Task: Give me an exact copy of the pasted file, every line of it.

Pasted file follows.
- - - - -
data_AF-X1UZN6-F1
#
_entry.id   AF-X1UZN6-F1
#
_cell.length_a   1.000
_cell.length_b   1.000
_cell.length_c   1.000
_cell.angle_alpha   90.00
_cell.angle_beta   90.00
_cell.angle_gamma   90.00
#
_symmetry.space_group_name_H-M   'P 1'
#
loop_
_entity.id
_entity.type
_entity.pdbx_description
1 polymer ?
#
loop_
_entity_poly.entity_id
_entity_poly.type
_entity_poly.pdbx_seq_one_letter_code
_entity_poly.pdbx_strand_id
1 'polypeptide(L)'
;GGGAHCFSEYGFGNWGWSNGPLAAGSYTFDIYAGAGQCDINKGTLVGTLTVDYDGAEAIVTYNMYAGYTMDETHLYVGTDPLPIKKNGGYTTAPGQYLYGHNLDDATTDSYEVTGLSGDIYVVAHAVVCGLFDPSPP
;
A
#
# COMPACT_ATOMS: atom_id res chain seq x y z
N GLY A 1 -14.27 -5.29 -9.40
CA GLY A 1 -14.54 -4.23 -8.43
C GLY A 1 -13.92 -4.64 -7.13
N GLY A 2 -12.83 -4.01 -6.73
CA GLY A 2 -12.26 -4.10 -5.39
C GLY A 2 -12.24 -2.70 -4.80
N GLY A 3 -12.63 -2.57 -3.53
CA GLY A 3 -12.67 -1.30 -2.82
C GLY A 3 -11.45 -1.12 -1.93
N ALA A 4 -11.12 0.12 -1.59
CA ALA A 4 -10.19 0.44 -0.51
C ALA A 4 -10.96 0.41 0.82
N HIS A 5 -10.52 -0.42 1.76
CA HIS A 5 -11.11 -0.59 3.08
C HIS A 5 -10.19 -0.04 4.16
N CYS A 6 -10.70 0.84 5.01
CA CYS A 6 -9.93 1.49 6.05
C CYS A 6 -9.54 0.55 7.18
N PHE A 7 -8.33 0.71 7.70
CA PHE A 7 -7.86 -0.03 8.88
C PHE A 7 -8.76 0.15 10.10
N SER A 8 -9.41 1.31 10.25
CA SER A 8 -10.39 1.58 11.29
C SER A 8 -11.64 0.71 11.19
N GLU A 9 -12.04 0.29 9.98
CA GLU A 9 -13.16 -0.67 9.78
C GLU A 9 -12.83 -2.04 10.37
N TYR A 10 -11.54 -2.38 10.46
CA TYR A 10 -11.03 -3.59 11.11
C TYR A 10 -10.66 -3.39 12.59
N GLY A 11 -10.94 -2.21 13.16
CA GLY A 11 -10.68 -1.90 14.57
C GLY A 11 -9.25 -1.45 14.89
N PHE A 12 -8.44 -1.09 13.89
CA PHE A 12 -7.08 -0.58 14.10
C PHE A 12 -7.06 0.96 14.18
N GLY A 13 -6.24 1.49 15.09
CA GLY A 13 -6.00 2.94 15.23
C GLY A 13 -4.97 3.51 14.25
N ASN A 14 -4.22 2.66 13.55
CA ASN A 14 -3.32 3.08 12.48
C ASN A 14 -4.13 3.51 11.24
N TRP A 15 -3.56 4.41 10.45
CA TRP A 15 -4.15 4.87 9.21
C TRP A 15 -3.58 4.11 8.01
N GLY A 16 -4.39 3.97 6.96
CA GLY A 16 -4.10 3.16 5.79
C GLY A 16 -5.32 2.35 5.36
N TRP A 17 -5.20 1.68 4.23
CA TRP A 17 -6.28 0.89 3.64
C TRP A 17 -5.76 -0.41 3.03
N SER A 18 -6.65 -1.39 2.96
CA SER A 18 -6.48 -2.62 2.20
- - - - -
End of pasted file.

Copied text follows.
data_AF-X1UZN6-F1
#
_entry.id   AF-X1UZN6-F1
#
_cell.length_a   1.000
_cell.length_b   1.000
_cell.length_c   1.000
_cell.angle_alpha   90.00
_cell.angle_beta   90.00
_cell.angle_gamma   90.00
#
_symmetry.space_group_name_H-M   'P 1'
#
loop_
_entity.id
_entity.type
_entity.pdbx_description
1 polymer ?
#
loop_
_entity_poly.entity_id
_entity_poly.type
_entity_poly.pdbx_seq_one_letter_code
_entity_poly.pdbx_strand_id
1 'polypeptide(L)'
;GGGAHCFSEYGFGNWGWSNGPLAAGSYTFDIYAGAGQCDINKGTLVGTLTVDYDGAEAIVTYNMYAGYTMDETHLYVGTDPLPIKKNGGYTTAPGQYLYGHNLDDATTDSYEVTGLSGDIYVVAHAVVCGLFDPSPP
;
A
#
# COMPACT_ATOMS: atom_id res chain seq x y z
N GLY A 1 -14.27 -5.29 -9.40
CA GLY A 1 -14.54 -4.23 -8.43
C GLY A 1 -13.92 -4.64 -7.13
N GLY A 2 -12.83 -4.01 -6.73
CA GLY A 2 -12.26 -4.10 -5.39
C GLY A 2 -12.24 -2.70 -4.80
N GLY A 3 -12.63 -2.57 -3.53
CA GLY A 3 -12.67 -1.30 -2.82
C GLY A 3 -11.45 -1.12 -1.93
N ALA A 4 -11.12 0.12 -1.59
CA ALA A 4 -10.19 0.44 -0.51
C ALA A 4 -10.96 0.41 0.82
N HIS A 5 -10.52 -0.42 1.76
CA HIS A 5 -11.11 -0.59 3.08
C HIS A 5 -10.19 -0.04 4.16
N CYS A 6 -10.70 0.84 5.01
CA CYS A 6 -9.93 1.49 6.05
C CYS A 6 -9.54 0.55 7.18
N PHE A 7 -8.33 0.71 7.70
CA PHE A 7 -7.86 -0.03 8.88
C PHE A 7 -8.76 0.15 10.10
N SER A 8 -9.41 1.31 10.25
CA SER A 8 -10.39 1.58 11.29
C SER A 8 -11.64 0.71 11.19
N GLU A 9 -12.04 0.29 9.98
CA GLU A 9 -13.16 -0.67 9.78
C GLU A 9 -12.83 -2.04 10.37
N TYR A 10 -11.54 -2.38 10.46
CA TYR A 10 -11.03 -3.59 11.11
C TYR A 10 -10.66 -3.39 12.59
N GLY A 11 -10.94 -2.21 13.16
CA GLY A 11 -10.68 -1.90 14.57
C GLY A 11 -9.25 -1.45 14.89
N PHE A 12 -8.44 -1.09 13.89
CA PHE A 12 -7.08 -0.58 14.10
C PHE A 12 -7.06 0.96 14.18
N GLY A 13 -6.24 1.49 15.09
CA GLY A 13 -6.00 2.94 15.23
C GLY A 13 -4.97 3.51 14.25
N ASN A 14 -4.22 2.66 13.55
CA ASN A 14 -3.32 3.08 12.48
C ASN A 14 -4.13 3.51 11.24
N TRP A 15 -3.56 4.41 10.45
CA TRP A 15 -4.15 4.87 9.21
C TRP A 15 -3.58 4.11 8.01
N GLY A 16 -4.39 3.97 6.96
CA GLY A 16 -4.10 3.16 5.79
C GLY A 16 -5.32 2.35 5.36
N TRP A 17 -5.20 1.68 4.23
CA TRP A 17 -6.28 0.89 3.64
C TRP A 17 -5.76 -0.41 3.03
N SER A 18 -6.65 -1.39 2.96
CA SER A 18 -6.48 -2.62 2.20